April 18th, 2018


The Algonquin Art Centre is celebrating Algonquin Park’s 125th birthday with a special art exhibit, “Landmarks: A Portrait of Algonquin”. Featuring new works from Canada’s foremost landscape and wildlife artists, “Landmarks” offers an unforgettable portrait of Algonquin Park by focusing on its distinctive landmark sites, from Turtle Island to Barron Canyon to Tea Lake Dam. Visitors are also encouraged to seek out these landmarks themselves to experience firsthand the inspiring nature of Algonquin’s wilderness.

“It’s such an exciting year for art in the Park”, says Gallery Manager, Joel Irwin. “Algonquin Park is the oldest provincial park in Canada and to be part of its 125th birthday is nothing short of inspiring. Most people know the park for its great camping and amazing research projects, but few realize how important Algonquin has been for the Canadian arts. Its beautiful landscapes have inspired some of the nation’s most famous paintings, such as Tom Thomson’s ‘The Jack Pine’ or A.Y. Jackson’s ‘Red Maple’, and it continues to attract painters, writers, filmmakers, and performance artists from all over the world.”

“Landmarks: A Portrait of Algonquin” will be on display at the Algonquin Art Centre from June 1st until Oct 21st, 2018. The gallery hours are 10 am – 5 pm. Admission is voluntary.


September 15th, 2017

The Algonquin Art Centre is pleased to announce our 2017 Fall Residency Artist, Peter B. Mills. Peter is an exciting new talent at the Art Centre, whose interests in art and science make him the perfect candidate for our program.

“Our residency program is designed to put artists in close contact with Park researchers” explains Centre manager, Joel Irwin, “as we believe dialogue between art and science can be mutually beneficial. Peter Mills, however, embodies both interests: not only is he a prolific painter, but he’s a scientist by training and has published books and articles on everything from amphibian larvae to the effects of forest fires on Ontario snakes. He already has a profound knowledge of Algonquin Park’s ecosystems and wildlife, which is why we invited him to participate.”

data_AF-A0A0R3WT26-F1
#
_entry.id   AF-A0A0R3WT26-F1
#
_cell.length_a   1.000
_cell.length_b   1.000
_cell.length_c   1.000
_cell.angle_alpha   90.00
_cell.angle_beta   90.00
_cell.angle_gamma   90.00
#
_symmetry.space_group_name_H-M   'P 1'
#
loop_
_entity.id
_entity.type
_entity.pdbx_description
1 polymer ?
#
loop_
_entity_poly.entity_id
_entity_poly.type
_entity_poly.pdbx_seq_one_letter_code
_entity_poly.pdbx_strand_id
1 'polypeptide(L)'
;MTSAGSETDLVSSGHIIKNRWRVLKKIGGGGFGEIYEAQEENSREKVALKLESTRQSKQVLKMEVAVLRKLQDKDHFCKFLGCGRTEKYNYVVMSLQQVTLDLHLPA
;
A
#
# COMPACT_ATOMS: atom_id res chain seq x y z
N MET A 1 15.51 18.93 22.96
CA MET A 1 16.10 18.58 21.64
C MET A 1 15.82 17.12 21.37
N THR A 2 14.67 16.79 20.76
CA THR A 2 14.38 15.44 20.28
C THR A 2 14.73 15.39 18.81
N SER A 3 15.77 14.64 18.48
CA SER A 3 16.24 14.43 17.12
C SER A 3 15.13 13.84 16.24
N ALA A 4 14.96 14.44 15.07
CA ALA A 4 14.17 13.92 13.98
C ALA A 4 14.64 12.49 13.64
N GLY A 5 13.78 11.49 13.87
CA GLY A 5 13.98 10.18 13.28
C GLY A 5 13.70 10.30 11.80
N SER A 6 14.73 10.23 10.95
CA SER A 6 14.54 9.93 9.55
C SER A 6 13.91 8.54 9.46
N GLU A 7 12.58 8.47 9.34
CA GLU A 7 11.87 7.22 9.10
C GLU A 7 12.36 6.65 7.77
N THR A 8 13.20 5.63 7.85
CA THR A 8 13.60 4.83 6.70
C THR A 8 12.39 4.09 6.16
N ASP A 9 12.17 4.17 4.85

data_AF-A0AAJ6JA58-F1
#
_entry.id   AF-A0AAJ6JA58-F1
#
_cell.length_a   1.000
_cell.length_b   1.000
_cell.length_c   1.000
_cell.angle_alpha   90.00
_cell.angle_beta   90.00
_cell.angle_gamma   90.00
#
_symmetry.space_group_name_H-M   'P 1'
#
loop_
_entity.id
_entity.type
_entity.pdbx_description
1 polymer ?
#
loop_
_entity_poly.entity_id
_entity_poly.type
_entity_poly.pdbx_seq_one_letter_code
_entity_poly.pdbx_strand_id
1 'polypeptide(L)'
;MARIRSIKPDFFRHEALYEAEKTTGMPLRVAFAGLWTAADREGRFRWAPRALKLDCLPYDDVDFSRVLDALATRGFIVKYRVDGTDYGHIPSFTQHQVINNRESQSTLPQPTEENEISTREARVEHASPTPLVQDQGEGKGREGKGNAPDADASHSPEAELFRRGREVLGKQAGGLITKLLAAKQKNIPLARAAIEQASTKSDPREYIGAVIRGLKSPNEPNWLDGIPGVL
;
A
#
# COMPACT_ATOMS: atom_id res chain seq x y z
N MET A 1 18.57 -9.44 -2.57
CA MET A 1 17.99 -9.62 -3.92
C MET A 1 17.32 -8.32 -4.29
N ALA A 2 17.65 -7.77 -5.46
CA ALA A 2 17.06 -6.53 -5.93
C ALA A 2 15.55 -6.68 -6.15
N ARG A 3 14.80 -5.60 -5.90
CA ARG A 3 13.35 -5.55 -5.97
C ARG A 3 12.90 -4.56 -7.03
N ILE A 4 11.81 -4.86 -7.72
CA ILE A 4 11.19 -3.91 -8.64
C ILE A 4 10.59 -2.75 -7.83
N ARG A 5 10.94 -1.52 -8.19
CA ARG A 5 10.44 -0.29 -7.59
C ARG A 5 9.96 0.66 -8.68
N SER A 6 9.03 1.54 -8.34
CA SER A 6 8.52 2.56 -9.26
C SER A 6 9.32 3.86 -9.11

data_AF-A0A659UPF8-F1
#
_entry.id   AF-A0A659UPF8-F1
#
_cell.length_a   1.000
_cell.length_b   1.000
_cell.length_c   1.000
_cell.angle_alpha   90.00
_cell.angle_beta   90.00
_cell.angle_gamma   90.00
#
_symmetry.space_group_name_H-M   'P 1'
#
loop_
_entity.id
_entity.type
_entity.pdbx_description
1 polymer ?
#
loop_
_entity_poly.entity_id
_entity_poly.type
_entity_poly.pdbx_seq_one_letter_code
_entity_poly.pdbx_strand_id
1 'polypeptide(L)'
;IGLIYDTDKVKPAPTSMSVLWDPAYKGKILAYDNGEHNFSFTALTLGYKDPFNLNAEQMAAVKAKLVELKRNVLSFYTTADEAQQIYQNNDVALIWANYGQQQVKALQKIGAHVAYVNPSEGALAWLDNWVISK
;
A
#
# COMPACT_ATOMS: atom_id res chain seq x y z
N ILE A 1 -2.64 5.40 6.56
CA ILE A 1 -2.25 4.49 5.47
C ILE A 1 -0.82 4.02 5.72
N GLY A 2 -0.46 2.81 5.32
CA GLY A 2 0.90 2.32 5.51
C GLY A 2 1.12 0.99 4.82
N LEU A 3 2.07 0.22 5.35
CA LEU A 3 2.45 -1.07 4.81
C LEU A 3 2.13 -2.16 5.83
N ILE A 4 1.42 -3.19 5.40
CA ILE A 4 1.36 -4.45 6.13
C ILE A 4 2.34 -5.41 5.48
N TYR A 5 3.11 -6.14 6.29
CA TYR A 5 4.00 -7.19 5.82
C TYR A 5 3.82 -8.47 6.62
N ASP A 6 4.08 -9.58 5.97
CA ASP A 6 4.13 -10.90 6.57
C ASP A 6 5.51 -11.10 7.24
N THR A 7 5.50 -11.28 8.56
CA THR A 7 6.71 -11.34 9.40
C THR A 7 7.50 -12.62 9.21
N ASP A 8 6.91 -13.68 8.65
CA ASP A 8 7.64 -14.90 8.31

“Tamaracks” by Peter B. Mills

Peter’s residency will take place during the beautiful fall colours in Algonquin Park, and his works during the program will be featured in a solo exhibition in 2018, when Peter will present a number of talks detailing his time as the Centre artist in residence.

“The Shore” by Peter B. Mills

Good luck to Peter B. Mills, and a huge thank you to the great staff at Algonquin Park for making this residency program possible.

If you have any questions about our artist in residence program, please contact Joel Irwin at joel@algonquinartcentre.com. This year’s artist was invited to participate by the Art Centre, but the 2018 residency will be open to applications. We’ll be posting more info on our 2018 residency in January, 2018.


July 7th, 2017

Two Thomson paintings are joining our 2017 art exhibit “Legacy” from July 9th to July July 16th. Please join us for a special opening on Sunday, July 9th, from 11 am to 4 pm, to welcome these Thomson paintings back to the park and to launch our brand new “Legacy” path.  The event will include free coffee, tea, and cookies, and have AAC artists working on site. Don’t miss this great opportunity to see Thomson originals in the very place that inspired them, Algonquin Park.

Admission is voluntary. Valid Park permit is required.


Title: View from a Height, Algonquin Park (Fall, 1916)

Medium: Oil on composite wood-pulp board